Examines mythic figures from a psychological perspective and their role as models for positive and negative social relationships.
Graeco-Roman myth is full of sinister themes, tragic choices and reprehensible actions. Oedipus killed his father and married his mother; Atreus fed his own sons to Thyestes; and Romulus slew his brother Remus to found Rome. This paper explores the darker side of Graeco-Roman myth through some of the great literary works written by Virgil, Ovid and Seneca.
|Paper title||Fantasies, Phobias and Families in Graeco-Roman Myth|
|Teaching period||First Semester|
|Domestic Tuition Fees (NZD)||$904.05|
|International Tuition Fees (NZD)||$3,954.75|
- (18 CLAS, GREK or LATN points) or 54 points
- Schedule C
- Arts and Music
- More information link
- View more information about CLAS 238
- Teaching staff
- Co-ordinator and Lecturer: Dr Sean McConnell
- Paper Structure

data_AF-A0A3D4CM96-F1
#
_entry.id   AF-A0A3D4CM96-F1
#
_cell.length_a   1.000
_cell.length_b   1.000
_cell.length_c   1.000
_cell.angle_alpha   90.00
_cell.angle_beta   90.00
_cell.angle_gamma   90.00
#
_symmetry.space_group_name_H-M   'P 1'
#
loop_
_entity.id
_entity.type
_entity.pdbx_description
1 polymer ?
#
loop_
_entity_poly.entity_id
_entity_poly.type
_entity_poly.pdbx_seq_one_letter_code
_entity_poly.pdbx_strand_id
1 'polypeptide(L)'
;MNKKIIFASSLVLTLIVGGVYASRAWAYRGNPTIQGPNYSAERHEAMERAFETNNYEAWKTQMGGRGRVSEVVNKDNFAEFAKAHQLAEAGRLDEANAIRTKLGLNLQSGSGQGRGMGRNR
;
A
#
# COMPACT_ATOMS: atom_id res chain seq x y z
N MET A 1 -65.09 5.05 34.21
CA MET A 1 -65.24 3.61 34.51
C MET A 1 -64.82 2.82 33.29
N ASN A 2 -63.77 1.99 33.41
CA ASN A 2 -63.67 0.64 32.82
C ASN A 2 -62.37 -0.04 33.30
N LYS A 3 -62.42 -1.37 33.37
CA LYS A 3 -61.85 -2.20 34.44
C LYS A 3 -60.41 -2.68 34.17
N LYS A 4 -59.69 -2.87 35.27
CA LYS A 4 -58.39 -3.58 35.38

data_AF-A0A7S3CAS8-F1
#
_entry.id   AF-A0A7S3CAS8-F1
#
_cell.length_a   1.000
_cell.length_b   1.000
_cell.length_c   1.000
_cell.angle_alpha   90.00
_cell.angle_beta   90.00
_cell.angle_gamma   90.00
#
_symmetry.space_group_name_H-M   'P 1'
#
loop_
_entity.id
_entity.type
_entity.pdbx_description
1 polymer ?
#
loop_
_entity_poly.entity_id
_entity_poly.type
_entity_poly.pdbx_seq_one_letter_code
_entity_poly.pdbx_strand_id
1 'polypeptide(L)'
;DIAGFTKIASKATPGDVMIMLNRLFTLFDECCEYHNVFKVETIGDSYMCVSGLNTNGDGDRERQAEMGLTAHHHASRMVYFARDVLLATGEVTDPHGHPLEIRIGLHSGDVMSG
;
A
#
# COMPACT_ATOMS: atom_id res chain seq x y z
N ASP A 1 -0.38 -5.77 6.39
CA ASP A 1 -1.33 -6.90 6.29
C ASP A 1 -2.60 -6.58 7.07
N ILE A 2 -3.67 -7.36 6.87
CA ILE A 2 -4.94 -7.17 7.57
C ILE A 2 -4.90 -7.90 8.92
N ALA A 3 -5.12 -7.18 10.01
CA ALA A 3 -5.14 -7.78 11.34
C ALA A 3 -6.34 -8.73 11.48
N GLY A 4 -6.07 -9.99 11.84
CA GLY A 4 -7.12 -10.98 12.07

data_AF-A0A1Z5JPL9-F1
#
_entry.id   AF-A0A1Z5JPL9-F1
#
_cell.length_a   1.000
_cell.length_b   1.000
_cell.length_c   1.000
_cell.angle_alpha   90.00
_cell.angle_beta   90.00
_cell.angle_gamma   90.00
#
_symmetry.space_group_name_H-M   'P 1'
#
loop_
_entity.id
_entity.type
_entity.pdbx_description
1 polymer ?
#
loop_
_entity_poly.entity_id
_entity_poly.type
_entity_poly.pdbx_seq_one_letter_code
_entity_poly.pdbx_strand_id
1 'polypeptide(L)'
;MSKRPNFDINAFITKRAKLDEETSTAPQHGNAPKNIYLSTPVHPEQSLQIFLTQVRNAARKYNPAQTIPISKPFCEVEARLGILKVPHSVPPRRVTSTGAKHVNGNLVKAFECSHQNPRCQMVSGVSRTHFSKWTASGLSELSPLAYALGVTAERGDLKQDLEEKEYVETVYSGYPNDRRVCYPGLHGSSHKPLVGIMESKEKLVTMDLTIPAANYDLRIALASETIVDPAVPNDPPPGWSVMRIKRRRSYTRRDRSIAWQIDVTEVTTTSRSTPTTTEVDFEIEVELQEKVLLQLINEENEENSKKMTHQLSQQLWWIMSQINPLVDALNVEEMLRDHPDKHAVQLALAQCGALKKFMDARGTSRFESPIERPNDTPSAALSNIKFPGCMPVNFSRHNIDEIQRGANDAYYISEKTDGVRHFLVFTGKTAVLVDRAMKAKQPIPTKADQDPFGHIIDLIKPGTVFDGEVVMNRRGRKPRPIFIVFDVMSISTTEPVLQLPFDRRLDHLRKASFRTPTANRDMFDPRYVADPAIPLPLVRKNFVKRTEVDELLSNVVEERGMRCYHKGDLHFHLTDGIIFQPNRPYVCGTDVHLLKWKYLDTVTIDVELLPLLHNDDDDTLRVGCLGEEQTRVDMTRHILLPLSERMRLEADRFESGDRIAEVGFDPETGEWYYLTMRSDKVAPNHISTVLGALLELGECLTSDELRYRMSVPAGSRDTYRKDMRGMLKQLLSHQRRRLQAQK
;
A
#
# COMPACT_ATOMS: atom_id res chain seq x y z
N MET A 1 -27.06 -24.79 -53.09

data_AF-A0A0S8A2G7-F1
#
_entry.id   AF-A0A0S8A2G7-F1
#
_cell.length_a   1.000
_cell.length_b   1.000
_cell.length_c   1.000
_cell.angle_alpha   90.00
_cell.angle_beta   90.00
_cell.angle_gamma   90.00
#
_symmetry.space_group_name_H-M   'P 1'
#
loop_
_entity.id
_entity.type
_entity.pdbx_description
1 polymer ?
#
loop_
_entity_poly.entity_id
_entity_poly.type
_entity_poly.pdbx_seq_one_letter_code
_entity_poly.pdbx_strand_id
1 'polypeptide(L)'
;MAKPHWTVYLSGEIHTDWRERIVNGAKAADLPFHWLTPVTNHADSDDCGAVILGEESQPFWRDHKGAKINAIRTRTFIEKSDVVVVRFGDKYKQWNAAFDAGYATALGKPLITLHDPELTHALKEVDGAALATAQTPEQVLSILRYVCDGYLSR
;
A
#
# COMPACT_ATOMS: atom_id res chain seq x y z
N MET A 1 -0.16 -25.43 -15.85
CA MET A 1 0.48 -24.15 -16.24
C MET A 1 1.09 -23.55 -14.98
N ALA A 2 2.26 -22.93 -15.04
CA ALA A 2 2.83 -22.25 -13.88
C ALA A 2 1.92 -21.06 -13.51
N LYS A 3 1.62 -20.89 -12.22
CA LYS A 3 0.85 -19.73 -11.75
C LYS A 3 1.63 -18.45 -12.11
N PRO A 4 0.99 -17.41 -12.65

- The paper covers the following mythological topics and figures from a psychological
- Foundation myths
- Plato's Myth of Atlantis
- Teaching Arrangements
- 24 lectures, 6 tutorials.
- Virgil, Aeneid (trans. C. Day Lewis). Oxford World's Classics, 1998
Ovid, Metamorphoses (trans. David Raeburn). Penguin, 2004
Seneca, Six Tragedies (trans. Emily Wilson). Oxford World's Classics, 2010
- Graduate Attributes Emphasised
- Scholarship, Critical thinking, Cultural understanding, Information literacy, Research,
View more information about Otago's graduate attributes.
- Learning Outcomes
- A knowledge and understanding of selected mythic narratives
- An understanding of gender dynamics as represented in myth
- An understanding of the construction of gender stereotyping
- An understanding of family dynamics as represented in myth
- A knowledge and understanding of the psychological and social function of mythic narratives